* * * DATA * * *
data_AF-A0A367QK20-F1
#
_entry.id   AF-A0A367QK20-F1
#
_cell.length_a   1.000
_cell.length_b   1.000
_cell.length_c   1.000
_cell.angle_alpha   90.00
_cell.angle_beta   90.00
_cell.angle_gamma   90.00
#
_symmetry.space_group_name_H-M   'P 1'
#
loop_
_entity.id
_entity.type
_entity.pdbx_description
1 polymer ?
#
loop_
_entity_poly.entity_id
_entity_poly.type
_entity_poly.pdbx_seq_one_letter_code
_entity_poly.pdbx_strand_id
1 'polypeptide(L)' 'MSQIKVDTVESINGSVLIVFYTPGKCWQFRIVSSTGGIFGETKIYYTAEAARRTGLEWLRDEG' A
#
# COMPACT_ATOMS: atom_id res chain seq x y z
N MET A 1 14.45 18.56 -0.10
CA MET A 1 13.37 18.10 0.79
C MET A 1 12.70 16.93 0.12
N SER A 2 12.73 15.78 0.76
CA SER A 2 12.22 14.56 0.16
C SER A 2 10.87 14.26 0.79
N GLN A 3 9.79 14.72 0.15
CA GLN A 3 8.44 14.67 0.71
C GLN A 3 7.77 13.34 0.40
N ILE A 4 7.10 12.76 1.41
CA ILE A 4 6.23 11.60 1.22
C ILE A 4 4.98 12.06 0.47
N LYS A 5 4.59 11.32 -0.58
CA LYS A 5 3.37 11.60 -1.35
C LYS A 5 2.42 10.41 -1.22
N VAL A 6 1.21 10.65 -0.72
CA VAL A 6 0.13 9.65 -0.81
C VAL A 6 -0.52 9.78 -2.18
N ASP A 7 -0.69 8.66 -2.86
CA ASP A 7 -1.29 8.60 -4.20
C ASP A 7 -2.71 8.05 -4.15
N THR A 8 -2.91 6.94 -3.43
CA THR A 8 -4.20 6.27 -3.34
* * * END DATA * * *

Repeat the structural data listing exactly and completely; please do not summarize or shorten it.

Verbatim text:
data_AF-A0A367QK20-F1
#
_entry.id   AF-A0A367QK20-F1
#
_cell.length_a   1.000
_cell.length_b   1.000
_cell.length_c   1.000
_cell.angle_alpha   90.00
_cell.angle_beta   90.00
_cell.angle_gamma   90.00
#
_symmetry.space_group_name_H-M   'P 1'
#
loop_
_entity.id
_entity.type
_entity.pdbx_description
1 polymer ?
#
loop_
_entity_poly.entity_id
_entity_poly.type
_entity_poly.pdbx_seq_one_letter_code
_entity_poly.pdbx_strand_id
1 'polypeptide(L)' 'MSQIKVDTVESINGSVLIVFYTPGKCWQFRIVSSTGGIFGETKIYYTAEAARRTGLEWLRDEG' A
#
# COMPACT_ATOMS: atom_id res chain seq x y z
N MET A 1 14.45 18.56 -0.10
CA MET A 1 13.37 18.10 0.79
C MET A 1 12.70 16.93 0.12
N SER A 2 12.73 15.78 0.76
CA SER A 2 12.22 14.56 0.16
C SER A 2 10.87 14.26 0.79
N GLN A 3 9.79 14.72 0.15
CA GLN A 3 8.44 14.67 0.71
C GLN A 3 7.77 13.34 0.40
N ILE A 4 7.10 12.76 1.41
CA ILE A 4 6.23 11.60 1.22
C ILE A 4 4.98 12.06 0.47
N LYS A 5 4.59 11.32 -0.58
CA LYS A 5 3.37 11.60 -1.35
C LYS A 5 2.42 10.41 -1.22
N VAL A 6 1.21 10.65 -0.72
CA VAL A 6 0.13 9.65 -0.81
C VAL A 6 -0.52 9.78 -2.18
N ASP A 7 -0.69 8.66 -2.86
CA ASP A 7 -1.29 8.60 -4.20
C ASP A 7 -2.71 8.05 -4.15
N THR A 8 -2.91 6.94 -3.43
CA THR A 8 -4.20 6.27 -3.34